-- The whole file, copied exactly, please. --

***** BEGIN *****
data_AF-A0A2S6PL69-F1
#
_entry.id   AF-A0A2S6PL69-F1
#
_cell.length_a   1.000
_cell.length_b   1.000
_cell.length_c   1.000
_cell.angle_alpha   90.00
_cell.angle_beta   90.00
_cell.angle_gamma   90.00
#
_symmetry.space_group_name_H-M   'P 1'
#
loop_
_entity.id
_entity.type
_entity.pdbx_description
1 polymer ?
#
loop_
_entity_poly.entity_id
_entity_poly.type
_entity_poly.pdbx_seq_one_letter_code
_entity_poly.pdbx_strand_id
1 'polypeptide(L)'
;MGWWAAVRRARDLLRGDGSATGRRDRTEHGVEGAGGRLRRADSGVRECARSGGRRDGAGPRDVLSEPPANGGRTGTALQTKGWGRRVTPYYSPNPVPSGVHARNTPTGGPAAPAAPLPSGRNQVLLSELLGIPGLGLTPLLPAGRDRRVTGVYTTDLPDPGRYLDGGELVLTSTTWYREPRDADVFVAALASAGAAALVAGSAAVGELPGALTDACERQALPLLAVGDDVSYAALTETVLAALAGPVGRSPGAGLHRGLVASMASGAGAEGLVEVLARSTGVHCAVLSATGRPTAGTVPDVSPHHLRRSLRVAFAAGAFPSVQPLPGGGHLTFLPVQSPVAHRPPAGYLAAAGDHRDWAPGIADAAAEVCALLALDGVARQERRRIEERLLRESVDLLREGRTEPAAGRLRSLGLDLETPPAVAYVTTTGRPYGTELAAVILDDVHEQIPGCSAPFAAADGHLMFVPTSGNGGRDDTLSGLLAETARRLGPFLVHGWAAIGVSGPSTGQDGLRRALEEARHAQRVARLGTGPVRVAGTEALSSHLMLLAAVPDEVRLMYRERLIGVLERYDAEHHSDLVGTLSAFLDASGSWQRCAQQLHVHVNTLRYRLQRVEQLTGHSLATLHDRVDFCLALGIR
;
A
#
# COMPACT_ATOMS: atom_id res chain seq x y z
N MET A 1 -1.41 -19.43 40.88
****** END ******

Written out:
data_AF-A0A2S6PL69-F1
#
_entry.id   AF-A0A2S6PL69-F1
#
_cell.length_a   1.000
_cell.length_b   1.000
_cell.length_c   1.000
_cell.angle_alpha   90.00
_cell.angle_beta   90.00
_cell.angle_gamma   90.00
#
_symmetry.space_group_name_H-M   'P 1'
#
loop_
_entity.id
_entity.type
_entity.pdbx_description
1 polymer ?
#
loop_
_entity_poly.entity_id
_entity_poly.type
_entity_poly.pdbx_seq_one_letter_code
_entity_poly.pdbx_strand_id
1 'polypeptide(L)'
;MGWWAAVRRARDLLRGDGSATGRRDRTEHGVEGAGGRLRRADSGVRECARSGGRRDGAGPRDVLSEPPANGGRTGTALQTKGWGRRVTPYYSPNPVPSGVHARNTPTGGPAAPAAPLPSGRNQVLLSELLGIPGLGLTPLLPAGRDRRVTGVYTTDLPDPGRYLDGGELVLTSTTWYREPRDADVFVAALASAGAAALVAGSAAVGELPGALTDACERQALPLLAVGDDVSYAALTETVLAALAGPVGRSPGAGLHRGLVASMASGAGAEGLVEVLARSTGVHCAVLSATGRPTAGTVPDVSPHHLRRSLRVAFAAGAFPSVQPLPGGGHLTFLPVQSPVAHRPPAGYLAAAGDHRDWAPGIADAAAEVCALLALDGVARQERRRIEERLLRESVDLLREGRTEPAAGRLRSLGLDLETPPAVAYVTTTGRPYGTELAAVILDDVHEQIPGCSAPFAAADGHLMFVPTSGNGGRDDTLSGLLAETARRLGPFLVHGWAAIGVSGPSTGQDGLRRALEEARHAQRVARLGTGPVRVAGTEALSSHLMLLAAVPDEVRLMYRERLIGVLERYDAEHHSDLVGTLSAFLDASGSWQRCAQQLHVHVNTLRYRLQRVEQLTGHSLATLHDRVDFCLALGIR
;
A
#
# COMPACT_ATOMS: atom_id res chain seq x y z
N MET A 1 -1.41 -19.43 40.88